“It was somebody else’s idea,” he responds. “I just thought ok [at the time] because I’m writing a new album. Sure, if Loose [Music] want to put it out, then great. I think it’s fine and I’m happy with it, but it was hard to narrow it down to fifteen – sixteen songs as I would have liked to have made it to twenty songs on the album. There were some songs I would have liked on there, but didn’t have the room. But no, I’m happy with it as I’m trying to write a new album and that’s what I’m concerned with right now.”

How were the decisions made concerning the songs to be included on ‘Retrospective’?

“I made my list and Tom at Loose Music added a few as I had to let him have his two pennies’ worth as well, but I was happy with what he chose and it was an amicable decision.”

Did it take some time to whittle the tracks down in terms of what to include considering you have released nine albums to date?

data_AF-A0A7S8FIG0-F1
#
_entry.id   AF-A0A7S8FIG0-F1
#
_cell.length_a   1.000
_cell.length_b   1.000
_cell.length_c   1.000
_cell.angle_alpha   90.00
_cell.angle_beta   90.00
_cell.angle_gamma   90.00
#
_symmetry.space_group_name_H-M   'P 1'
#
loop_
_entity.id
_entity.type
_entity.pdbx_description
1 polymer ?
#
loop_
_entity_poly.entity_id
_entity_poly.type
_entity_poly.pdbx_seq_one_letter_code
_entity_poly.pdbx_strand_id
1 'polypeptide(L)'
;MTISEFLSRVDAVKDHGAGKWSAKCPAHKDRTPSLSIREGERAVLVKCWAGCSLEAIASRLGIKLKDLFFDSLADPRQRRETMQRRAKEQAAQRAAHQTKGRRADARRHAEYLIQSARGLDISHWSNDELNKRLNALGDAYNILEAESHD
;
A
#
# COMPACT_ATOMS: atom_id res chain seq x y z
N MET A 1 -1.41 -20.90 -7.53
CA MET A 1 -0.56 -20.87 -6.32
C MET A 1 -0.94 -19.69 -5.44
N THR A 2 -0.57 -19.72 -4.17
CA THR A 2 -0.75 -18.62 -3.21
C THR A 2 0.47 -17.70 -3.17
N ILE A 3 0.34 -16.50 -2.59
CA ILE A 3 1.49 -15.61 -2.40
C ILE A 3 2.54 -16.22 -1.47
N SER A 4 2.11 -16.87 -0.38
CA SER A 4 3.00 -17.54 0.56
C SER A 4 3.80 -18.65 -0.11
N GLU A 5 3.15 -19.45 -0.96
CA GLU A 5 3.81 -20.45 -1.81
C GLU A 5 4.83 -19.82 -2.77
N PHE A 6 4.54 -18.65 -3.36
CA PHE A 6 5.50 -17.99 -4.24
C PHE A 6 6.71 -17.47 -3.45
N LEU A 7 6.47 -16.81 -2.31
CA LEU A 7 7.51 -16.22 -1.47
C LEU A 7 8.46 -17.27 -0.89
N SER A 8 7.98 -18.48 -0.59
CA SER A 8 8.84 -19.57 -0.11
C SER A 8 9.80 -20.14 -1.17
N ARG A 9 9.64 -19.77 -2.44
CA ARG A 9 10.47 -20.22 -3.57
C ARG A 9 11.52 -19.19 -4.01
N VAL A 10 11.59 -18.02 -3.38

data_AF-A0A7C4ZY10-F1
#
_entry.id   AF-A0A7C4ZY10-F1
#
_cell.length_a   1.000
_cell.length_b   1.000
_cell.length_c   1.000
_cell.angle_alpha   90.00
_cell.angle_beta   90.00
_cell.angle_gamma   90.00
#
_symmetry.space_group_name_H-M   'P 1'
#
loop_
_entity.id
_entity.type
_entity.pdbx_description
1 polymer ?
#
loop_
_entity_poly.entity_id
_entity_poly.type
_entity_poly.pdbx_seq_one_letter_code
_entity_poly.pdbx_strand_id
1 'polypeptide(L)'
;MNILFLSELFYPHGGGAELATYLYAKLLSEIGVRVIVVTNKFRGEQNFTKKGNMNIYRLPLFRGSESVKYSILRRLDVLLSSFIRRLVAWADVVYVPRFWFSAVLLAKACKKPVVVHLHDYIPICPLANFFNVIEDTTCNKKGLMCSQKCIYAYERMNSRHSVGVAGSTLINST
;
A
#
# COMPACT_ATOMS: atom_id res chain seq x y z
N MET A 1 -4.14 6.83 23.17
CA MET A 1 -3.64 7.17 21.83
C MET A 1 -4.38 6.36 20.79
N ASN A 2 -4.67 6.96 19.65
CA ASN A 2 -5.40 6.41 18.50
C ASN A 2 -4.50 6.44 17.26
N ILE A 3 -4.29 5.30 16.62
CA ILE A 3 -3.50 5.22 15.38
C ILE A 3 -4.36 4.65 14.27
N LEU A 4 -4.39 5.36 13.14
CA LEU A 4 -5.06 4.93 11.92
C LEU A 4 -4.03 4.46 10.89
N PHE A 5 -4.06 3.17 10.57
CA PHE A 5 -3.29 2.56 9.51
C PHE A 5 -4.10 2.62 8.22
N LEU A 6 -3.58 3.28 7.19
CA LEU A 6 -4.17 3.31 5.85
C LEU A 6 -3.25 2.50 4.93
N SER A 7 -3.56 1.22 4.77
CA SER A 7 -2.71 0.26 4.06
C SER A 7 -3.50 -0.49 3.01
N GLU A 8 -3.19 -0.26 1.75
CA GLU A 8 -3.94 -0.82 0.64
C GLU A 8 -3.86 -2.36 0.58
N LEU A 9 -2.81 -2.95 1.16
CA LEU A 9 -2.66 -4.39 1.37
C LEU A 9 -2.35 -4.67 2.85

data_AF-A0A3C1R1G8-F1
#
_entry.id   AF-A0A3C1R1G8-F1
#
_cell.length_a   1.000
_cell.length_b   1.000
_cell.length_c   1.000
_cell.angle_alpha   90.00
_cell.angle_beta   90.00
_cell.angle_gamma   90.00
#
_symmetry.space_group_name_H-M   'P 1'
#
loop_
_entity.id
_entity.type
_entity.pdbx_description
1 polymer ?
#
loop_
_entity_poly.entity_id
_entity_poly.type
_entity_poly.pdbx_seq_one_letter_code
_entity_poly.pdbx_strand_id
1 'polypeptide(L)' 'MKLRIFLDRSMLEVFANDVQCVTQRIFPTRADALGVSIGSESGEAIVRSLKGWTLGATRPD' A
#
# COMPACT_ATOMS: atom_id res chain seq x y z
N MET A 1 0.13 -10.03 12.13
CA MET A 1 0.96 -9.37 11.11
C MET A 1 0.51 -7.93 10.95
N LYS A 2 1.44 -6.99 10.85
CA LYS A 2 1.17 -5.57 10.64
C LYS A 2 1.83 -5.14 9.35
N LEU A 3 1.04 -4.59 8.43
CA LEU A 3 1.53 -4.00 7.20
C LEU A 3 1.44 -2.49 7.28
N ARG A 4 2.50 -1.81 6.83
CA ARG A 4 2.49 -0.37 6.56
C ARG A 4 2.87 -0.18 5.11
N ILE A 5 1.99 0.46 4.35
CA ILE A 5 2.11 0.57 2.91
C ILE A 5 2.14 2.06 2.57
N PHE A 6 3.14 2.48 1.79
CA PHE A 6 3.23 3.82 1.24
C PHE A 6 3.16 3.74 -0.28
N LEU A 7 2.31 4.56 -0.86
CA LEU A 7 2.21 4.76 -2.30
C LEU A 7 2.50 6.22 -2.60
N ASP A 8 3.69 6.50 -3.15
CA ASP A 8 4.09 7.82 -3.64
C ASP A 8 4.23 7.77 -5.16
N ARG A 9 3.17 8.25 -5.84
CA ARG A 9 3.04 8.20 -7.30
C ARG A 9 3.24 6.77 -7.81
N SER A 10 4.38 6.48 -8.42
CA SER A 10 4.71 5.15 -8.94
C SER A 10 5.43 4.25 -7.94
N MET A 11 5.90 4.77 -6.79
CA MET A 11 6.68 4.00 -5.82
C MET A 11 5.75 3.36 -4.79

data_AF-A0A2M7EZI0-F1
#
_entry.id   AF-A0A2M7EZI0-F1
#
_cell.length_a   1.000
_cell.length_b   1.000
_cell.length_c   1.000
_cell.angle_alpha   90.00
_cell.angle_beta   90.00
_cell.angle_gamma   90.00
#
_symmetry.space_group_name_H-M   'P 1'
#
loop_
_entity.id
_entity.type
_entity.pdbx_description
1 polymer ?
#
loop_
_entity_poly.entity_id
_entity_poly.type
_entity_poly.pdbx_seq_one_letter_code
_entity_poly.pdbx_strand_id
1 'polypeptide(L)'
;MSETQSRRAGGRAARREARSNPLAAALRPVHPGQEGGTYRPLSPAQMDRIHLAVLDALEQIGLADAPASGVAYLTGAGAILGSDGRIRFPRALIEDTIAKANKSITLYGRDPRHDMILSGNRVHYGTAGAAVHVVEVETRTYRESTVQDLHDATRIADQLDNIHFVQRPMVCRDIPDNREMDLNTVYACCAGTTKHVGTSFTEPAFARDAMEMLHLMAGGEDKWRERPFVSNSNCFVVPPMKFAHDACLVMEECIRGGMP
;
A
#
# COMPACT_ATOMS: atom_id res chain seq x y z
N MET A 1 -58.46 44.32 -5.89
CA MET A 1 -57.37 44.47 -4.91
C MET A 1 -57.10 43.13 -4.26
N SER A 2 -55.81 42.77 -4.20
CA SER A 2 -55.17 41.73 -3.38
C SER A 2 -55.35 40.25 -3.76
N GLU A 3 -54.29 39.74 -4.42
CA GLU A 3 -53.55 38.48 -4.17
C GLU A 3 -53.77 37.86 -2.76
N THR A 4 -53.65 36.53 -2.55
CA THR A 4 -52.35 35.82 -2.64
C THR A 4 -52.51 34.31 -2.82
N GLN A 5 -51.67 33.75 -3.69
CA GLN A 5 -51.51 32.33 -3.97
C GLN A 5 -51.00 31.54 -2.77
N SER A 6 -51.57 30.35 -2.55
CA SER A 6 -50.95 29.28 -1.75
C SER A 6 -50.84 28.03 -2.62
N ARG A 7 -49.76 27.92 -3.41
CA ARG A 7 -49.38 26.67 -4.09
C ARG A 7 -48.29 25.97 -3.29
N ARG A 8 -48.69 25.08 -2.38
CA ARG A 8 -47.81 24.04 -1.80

“Yeah, but after a while I couldn’t listen to it any more as I kinda just agreed to it.”

Was this because some of the older songs are too far removed in terms of your sound right now?

“Yeah, it was a bit,” ponders Peter. “I think there are only two tracks from the first album and yeah, it was a bit meh…but I still like them. I tried to choose an equal number from each album, but there were some albums that I would have chosen more from such as ‘Ends Of The Earth’ if I could have done. There seemed to be more songs I liked from that album and from the latest album ‘Black Mountain UFO’ as well. I would have chosen more from that but it only came out two and a half years ago, so I didn’t really think there was any need for that. It’s pretty difficult to choose, depending on what day it is and how you’re feeling can determine which songs you decide to choose. So I had to make a decision and then forget about it. I didn’t labour over it as it was too exhausting as I can’t listen to the songs over and over again and in that order.”

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Do you have a favourite album while we’re on the subject of ‘Retrospective’?

“I like that album ‘Black Mountain UFO’ the most, at the moment, because I feel it’s more British influenced somehow and it’s got strings on it. I like the kind of pastoral English vibe I achieved on it.”